Chris Borland

After returning signing bonus, Chris Borland owes 49ers (and their fans) absolutely nothing

Chris Borland 49ers

Chris Borland announced today on CBS’ “Face The Nation” that he would return most of his $617,436 signing bonus to the 49ers.

“It’s not a cash grab as I’ve been accused of,” he told host Bob Shieffer. “I’m paying back three-fourth of my signing bonus. I’m only taking the money I’ve earned. To me it’s just about health and nothing else. I never played the game for money or attention. I love football. I’ve had a blast. I don’t regret the last 10 years of my life at all. I’d do it over the exact same way.”

It’s not an incredible amount of money relative to the NFL’s weekly revenues, average player salaries or this year’s salary cap (around $143 million in 2015). However, the 49ers had the right to that money according to the current NFL collective bargaining agreement. Borland saved them from having to go after that money, that story growing legs, and the 49ers ending up once again in the middle of a national discussion they’d rather avoid.

It seems like the right thing to do from Borland’s perspective, and it’s actually a good chunk of money compared to his total earnings as a pro. But some fans are angry anyway.

Most of the comments on Niners Nation on the subject were supportive from fans who were impressed, and in some cases surprised, by Borland’s decision. There was also this:

whiny 49ers fans Chris Borland

Hmmm … let me get this straight.

Because Borland is very good at football, he has two key obligations: (1) do not accept requests from the media to discuss his decision and (2) fulfill the requirements of a third round pick. Oh, because the sanctity of the Third Round cannot be sullied by this spoiled millennial, who’s only worried about his ability to remember what day it is 20 years from now. What an ingrate.

Third round picks are the definition of hit-or-miss. Terrell Owens, Frank Gore, NaVorro Bowman, Ray McDonald and John Taylor were third-rounders in previous drafts. So were Corey Lemonier, Glen Coffee (who also retired very early when he was healthy enough to continue playing), Derrick Hamilton, Brandon Williams and Gio Carmazzi.

Bad draft picks — the guys who weren’t as talented as teams thought or were unwilling to put in the effort required — are part of the deal. No one looks at the third round and assumes a Pro Bowl-caliber starter is guaranteed each year.

On the other hand, productive, passionate players like Borland are supposed keep playing, regardless of what’s going on inside their heads. Why? Because they owe it to the teams that would cut them without a moment’s notice if they weren’t making money for the franchise, and to the fans who watch the action from cushy couches or plastic folding chairs in large stadiums.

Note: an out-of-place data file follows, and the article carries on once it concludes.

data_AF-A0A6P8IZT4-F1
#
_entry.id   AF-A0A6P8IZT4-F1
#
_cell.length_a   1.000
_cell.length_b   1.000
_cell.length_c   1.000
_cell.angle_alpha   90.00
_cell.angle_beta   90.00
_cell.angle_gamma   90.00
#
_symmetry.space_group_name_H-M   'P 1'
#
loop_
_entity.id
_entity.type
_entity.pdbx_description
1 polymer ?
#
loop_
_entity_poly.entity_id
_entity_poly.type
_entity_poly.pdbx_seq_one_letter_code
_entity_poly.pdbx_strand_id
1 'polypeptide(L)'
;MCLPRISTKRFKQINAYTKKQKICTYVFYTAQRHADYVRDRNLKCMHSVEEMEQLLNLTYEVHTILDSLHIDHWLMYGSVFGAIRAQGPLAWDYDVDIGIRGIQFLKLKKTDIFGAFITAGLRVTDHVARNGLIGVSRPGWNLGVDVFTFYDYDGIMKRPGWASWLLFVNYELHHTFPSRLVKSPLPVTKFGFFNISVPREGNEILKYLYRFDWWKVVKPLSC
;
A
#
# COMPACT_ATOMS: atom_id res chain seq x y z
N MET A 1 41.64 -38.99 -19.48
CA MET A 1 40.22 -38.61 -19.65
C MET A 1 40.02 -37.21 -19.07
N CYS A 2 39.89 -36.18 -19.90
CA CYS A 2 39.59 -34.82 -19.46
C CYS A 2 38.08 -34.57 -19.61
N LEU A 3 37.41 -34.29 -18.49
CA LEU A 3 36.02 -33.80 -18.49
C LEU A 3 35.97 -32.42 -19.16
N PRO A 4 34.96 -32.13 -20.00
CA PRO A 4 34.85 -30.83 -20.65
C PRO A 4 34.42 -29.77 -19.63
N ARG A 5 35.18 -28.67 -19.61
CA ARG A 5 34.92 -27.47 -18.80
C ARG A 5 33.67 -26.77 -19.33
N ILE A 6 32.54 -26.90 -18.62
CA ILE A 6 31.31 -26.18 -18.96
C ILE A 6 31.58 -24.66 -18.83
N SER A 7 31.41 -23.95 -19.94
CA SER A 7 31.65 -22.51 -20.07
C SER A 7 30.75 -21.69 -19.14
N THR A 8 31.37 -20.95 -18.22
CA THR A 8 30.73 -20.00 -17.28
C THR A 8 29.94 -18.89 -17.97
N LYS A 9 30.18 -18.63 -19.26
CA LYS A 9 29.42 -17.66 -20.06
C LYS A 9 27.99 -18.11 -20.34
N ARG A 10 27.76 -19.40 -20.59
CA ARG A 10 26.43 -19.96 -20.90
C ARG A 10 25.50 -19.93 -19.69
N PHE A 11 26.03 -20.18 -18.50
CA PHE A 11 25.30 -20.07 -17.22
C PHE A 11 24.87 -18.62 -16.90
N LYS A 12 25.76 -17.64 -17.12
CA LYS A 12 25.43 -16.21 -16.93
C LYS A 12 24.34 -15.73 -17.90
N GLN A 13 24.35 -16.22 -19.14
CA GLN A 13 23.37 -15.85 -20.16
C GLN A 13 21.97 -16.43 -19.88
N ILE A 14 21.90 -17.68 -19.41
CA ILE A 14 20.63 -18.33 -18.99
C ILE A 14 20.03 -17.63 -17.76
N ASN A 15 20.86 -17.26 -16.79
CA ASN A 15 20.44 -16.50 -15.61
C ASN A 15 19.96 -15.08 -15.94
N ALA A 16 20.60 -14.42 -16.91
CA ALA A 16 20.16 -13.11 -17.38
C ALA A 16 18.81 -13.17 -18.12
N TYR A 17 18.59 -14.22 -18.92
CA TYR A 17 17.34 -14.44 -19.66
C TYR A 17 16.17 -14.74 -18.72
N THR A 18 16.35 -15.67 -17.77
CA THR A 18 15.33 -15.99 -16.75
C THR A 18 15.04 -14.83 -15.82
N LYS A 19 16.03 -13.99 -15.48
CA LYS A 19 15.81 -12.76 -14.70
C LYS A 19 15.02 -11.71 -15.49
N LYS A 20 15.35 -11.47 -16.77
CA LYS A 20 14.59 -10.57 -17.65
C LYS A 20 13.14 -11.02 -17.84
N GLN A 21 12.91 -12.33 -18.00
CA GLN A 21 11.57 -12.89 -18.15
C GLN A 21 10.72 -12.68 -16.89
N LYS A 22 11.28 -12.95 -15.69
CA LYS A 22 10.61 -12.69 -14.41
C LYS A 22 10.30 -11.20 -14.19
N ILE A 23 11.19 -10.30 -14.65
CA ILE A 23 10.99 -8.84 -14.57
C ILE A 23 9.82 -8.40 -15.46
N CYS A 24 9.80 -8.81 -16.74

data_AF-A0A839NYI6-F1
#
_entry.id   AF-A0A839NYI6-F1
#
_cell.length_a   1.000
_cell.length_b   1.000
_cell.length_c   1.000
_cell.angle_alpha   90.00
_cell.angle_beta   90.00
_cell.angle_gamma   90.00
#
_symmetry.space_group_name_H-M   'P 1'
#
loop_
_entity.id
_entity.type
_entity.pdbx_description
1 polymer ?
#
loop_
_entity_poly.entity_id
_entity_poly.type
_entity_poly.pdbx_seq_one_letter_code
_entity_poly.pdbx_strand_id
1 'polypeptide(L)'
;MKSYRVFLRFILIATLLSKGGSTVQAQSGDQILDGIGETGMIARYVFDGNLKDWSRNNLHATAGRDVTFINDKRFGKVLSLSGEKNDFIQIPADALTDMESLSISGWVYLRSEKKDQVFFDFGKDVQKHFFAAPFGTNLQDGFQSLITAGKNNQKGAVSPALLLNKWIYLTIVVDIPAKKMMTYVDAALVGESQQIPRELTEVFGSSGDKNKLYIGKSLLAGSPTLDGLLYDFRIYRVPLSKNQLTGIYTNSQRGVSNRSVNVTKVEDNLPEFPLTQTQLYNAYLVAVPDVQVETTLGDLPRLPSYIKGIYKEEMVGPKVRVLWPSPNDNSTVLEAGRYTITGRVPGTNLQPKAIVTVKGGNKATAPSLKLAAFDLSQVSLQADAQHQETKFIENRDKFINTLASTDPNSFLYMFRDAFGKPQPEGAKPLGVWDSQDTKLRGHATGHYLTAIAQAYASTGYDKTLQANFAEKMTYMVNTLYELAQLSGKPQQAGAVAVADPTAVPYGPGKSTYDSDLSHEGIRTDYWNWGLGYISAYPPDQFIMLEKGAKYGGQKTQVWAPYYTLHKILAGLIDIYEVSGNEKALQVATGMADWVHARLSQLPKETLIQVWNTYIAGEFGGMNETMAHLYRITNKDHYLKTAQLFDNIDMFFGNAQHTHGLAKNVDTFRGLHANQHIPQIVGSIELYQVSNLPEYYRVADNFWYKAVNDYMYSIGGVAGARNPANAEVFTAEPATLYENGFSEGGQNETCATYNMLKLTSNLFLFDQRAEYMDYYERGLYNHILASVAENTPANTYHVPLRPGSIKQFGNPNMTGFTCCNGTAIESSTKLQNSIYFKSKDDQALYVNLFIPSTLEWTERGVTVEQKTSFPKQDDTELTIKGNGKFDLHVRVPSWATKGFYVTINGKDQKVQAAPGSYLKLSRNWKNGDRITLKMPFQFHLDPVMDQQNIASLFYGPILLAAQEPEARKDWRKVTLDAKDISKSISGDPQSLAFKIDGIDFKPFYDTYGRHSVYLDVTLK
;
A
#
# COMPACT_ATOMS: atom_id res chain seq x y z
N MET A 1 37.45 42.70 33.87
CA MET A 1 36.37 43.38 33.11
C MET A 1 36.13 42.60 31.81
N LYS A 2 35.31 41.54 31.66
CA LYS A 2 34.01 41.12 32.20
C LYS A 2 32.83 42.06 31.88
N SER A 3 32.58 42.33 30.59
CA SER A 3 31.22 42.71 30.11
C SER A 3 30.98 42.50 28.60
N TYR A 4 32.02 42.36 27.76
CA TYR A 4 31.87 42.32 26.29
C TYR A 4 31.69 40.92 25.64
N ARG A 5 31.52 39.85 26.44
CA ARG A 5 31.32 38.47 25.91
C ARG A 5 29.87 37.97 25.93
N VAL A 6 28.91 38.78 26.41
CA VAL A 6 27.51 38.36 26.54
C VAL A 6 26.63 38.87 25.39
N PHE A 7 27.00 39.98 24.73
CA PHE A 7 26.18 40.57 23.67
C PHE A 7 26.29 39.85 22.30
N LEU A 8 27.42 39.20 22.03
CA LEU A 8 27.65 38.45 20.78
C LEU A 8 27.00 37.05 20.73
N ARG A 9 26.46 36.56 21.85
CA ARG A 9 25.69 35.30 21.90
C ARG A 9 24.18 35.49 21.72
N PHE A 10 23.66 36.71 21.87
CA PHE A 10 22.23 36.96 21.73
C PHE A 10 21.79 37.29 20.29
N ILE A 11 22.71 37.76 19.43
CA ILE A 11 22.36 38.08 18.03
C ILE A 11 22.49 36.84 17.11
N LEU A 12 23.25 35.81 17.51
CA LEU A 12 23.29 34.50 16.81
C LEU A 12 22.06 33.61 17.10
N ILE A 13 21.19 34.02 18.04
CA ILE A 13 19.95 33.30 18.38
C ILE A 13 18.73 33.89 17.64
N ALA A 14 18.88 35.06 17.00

Uh, what?

Everyone knows fans root for laundry, by and large. Many don’t care how the beef jerky sticks sitting in that tub on the corner store counter are made. The players and coaches are disposable. Just make sure my favorite team ends up with more points than its opponent on Sunday. To them, sports are almost like an extension of the military. Casualties, no matter how avoidable, can be swept aside in the end if victory is achieved.

It’s a strange person that obsesses over $436,077 of cap space when a key player makes such an historic and heart-wrenching decision. Yet “strange” doesn’t even begin to describe the person who witnesses Borland’s choices — not just to retire at 24, but then give money back to his extremely rich employer — and complain because he should’ve done more to help THEM. And in this case, “THEM” consists of people Borland doesn’t even know. The same people who wouldn’t shed a tear if Borland’s play regressed and the 49ers replaced him with another inside linebacker. People who wouldn’t help Borland later in life if he was suffering from dementia and couldn’t hold a job or maintain normal human relationships.

It’s completely understandable to wish Borland was still training to replace Patrick Willis, or hope the 49ers improve on their 8-8 record from last year. But Borland gave the team one very good season and didn’t take a penny over what he was earned. I admire the hell out of the guy for thinking of something other than money, fame, or the high that comes from competition. I know a lot of people will disagree, but he’s not a criminal, a malingerer, or even lazy. For those reasons, one’s feelings about Borland should be neutral at worst. Non-participants get to watch the show, but absolutely nothing is what they’re owed.

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